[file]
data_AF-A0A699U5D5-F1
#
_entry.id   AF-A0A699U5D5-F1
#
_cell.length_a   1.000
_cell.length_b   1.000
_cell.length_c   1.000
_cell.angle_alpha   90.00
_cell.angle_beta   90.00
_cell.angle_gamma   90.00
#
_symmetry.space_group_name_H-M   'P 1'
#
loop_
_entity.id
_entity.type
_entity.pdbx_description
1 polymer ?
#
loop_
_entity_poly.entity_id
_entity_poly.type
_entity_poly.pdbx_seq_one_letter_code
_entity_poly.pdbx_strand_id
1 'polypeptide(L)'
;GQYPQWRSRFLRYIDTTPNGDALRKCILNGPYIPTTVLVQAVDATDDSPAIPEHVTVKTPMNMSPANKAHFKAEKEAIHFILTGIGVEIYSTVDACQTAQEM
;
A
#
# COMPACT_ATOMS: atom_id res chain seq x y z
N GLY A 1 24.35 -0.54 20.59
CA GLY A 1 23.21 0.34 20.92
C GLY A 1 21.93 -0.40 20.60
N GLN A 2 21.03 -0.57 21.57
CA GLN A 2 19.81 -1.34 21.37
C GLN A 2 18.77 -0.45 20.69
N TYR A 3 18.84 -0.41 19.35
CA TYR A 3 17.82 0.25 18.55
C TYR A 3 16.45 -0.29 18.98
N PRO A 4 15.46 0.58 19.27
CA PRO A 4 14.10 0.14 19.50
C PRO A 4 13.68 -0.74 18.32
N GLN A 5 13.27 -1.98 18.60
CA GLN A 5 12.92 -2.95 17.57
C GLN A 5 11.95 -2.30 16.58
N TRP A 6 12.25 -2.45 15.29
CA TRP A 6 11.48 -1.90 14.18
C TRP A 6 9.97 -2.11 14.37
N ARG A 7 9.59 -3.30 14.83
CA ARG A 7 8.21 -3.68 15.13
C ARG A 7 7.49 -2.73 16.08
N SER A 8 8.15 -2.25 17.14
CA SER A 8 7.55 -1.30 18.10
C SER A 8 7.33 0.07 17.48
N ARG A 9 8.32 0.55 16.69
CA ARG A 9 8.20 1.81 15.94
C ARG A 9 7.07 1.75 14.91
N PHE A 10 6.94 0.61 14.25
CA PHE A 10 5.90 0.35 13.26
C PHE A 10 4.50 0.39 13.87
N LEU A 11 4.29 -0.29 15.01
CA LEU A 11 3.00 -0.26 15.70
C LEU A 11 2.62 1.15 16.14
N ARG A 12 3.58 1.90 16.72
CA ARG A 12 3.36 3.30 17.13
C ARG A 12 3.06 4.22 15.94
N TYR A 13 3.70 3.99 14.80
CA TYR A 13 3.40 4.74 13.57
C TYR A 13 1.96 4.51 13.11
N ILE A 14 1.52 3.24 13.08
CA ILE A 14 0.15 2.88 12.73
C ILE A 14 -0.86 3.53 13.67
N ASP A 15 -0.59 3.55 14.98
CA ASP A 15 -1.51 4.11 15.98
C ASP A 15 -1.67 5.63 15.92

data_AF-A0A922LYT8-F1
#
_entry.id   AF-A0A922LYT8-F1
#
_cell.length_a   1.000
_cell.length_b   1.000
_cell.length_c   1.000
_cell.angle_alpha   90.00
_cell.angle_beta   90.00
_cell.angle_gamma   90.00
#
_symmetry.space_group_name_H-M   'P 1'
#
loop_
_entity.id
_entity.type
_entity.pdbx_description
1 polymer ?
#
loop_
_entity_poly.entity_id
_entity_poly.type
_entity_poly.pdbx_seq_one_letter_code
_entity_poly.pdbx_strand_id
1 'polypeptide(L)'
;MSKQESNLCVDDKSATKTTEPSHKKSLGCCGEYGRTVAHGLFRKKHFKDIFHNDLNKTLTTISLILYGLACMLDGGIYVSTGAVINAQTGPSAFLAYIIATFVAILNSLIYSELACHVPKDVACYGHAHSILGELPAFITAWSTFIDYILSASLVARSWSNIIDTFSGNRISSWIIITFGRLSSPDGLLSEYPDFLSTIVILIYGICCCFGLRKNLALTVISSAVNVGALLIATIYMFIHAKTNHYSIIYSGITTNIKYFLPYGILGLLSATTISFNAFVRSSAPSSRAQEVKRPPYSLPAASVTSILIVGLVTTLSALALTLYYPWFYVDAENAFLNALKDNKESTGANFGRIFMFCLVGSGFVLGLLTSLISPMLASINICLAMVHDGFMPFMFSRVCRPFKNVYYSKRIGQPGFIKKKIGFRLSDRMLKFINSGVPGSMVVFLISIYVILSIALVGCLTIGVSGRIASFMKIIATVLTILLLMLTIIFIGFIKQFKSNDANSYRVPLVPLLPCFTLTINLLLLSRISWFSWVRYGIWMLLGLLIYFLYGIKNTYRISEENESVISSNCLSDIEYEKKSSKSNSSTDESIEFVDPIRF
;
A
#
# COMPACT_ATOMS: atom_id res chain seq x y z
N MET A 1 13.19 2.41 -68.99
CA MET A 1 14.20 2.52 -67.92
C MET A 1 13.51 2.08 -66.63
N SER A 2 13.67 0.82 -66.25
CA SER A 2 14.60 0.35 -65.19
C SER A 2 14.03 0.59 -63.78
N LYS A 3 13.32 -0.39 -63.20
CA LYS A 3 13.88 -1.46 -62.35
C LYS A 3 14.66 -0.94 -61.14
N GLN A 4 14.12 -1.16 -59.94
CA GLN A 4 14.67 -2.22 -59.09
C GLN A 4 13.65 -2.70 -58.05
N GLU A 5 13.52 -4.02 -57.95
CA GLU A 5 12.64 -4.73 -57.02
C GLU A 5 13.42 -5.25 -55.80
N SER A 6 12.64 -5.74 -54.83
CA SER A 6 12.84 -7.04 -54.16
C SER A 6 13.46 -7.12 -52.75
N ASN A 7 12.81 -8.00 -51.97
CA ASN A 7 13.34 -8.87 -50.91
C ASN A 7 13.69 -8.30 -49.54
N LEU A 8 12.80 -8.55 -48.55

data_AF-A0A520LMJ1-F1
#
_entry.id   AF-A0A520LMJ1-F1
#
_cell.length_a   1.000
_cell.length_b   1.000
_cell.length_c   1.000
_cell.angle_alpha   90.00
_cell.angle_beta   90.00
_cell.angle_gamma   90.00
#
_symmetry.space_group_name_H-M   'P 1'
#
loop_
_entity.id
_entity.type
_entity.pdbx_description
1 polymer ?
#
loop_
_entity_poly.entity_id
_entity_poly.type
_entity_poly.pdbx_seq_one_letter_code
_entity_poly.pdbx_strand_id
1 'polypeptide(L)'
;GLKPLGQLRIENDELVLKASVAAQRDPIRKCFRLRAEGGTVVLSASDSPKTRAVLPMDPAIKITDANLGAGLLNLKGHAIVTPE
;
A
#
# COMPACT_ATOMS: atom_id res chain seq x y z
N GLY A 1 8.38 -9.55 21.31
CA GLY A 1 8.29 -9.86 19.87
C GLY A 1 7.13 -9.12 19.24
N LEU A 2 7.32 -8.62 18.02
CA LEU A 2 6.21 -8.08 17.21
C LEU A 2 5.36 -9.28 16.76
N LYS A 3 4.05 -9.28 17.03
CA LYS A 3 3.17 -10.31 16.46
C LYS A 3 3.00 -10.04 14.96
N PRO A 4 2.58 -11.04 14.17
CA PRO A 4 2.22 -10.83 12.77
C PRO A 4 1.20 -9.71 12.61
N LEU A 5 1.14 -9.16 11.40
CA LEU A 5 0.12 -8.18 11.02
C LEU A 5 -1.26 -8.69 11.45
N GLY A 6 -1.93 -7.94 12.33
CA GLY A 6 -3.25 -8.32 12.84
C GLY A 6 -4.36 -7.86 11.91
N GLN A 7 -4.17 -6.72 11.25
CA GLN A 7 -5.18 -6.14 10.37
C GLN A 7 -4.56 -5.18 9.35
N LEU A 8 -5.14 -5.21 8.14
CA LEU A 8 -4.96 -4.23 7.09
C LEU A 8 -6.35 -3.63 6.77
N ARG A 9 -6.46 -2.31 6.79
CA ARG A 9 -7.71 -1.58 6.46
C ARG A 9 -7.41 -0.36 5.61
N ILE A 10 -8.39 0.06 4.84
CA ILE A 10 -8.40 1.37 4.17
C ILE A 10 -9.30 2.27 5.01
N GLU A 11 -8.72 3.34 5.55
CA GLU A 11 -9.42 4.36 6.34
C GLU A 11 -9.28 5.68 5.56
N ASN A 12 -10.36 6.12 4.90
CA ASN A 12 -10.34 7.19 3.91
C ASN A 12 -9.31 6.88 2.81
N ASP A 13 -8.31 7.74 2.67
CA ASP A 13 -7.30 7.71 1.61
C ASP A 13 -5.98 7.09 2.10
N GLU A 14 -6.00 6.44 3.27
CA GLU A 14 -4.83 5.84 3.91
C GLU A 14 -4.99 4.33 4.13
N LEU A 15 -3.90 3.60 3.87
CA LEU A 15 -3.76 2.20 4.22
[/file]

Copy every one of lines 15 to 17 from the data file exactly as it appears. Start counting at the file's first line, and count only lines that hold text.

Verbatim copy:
_entity.id
_entity.type
_entity.pdbx_description